Directed by: #RyanKruger
A bizarre but well-realised dive into drug addled psychosis, Fried Barry allegedly follows the journey of an alien possessing a heroin addict on a joy ride through Cape Town. I say allegedly as you wouldn’t have the faintest clue that this was the plot from watching the short.
Fried Barry acts more as a frantic and exhausting, almost vicarious viewing of a terrifying substance trip, which is certainly no bad thing as this scene is shot with graphic intensity.
From the tight camera work to the brilliantly unsettling score, all of the elements synergise. Director Ryan Kruger brings it all together with a grisly style and focus that will keep you on the edge of the seat, disturbed yet questioning of what you saw.
Free of the burden of dialogue, the pressure is on sole actor Gary Green to deliver, and deliver he does. From manic movements assisted by some snappy effects in post, to horrendous, other-worldly facial expressions, Green gives a purely physical performance that while frightening, also hints at a vulnerability. Regardless of the stellar cinematography and editing, the short would fall flat if his performance was hammy or wooden, but he thankfully brings a hideously realistic portrayal that is appropriately cringe inducing.
Kruger shoots the scene frantically, evoking unease and a sense of dread through a high level of professional care. The editing, lighting, and cinematography work in tandem with Green’s performance as well as the unsettling score to deliver an unnatural, high octane scene, veering into the realms of surrealism. Short, sharp cuts in the editing make for a quick pace that piles on intensity without stopping for breath, culminating in a vomit filled finale. These cuts combine with a healthy use of slow motion and speed up effects that benefit the narrative, aren’t used as a pointless gimmick as some action scenes in the blockbuster world tend to use them.
Fried Barry is no blockbuster, and certainly no action film. The film aims to disgust through and through, from the body-horror effects of the latter half, to the psychological torture of the horrific imagery towards the finale. The use of chiaroscuro lighting and a bleak colour palette keep the grim tone consistent and help emphasise Barry’s agony. The sound design is filled with spine tingling noises that could be sampled from another world. As our protagonist writhes on the floor, alien shrieks and loud, jarring sounds assault the ears to an effective end. Regrettably, where the film is let down is through unpolished visual effects. As Barry’s eyes expend and his forehead grows, he looks more as if he’s messing about with a webcam filter, rather than having his body expanded by an intergalactic intruder.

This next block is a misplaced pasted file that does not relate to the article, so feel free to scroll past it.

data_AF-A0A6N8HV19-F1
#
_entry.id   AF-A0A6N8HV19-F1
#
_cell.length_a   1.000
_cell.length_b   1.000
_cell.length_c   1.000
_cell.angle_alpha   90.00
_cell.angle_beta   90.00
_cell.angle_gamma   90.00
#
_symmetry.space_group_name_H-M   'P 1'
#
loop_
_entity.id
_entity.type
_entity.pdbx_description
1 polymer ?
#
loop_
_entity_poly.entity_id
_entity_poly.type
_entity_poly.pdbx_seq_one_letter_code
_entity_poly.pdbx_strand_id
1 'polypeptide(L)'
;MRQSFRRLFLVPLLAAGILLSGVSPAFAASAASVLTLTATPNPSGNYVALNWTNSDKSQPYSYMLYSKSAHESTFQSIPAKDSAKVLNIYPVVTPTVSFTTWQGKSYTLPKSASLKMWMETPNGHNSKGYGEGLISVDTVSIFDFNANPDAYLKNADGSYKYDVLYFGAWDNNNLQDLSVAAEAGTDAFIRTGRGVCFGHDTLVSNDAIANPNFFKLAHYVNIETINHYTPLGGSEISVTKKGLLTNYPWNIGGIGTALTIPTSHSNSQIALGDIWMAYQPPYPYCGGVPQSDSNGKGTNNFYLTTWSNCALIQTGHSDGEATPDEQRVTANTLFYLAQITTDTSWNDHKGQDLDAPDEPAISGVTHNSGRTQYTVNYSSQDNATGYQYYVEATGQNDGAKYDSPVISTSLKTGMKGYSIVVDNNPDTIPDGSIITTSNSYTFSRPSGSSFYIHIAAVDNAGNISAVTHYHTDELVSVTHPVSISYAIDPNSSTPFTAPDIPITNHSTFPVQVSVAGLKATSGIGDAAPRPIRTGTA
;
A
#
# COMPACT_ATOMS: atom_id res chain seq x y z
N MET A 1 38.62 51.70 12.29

Overall, Kruger’s horror short is well devised. The narrative is basic and the effects don’t completely hit the mark, but Fried Barry leaves you wanting more. It’s a tad too short and lacking in plot to be five-star quality, but the prospect of an imminent transformation from short to feature is both exciting and intriguing. It’s interesting to wonder where Kruger will take this concept as he extends a quick transformation scene into a full story. As is, if you’re a horror fan, you’ll enjoy Fried Barry. Equally, for an example of lighting, editing, camera work, and sound design working collaboratively to create a visually fantastic piece of film, it’s recommended for any cinephile.
Watch Fried Barry on the UK Film Channel now!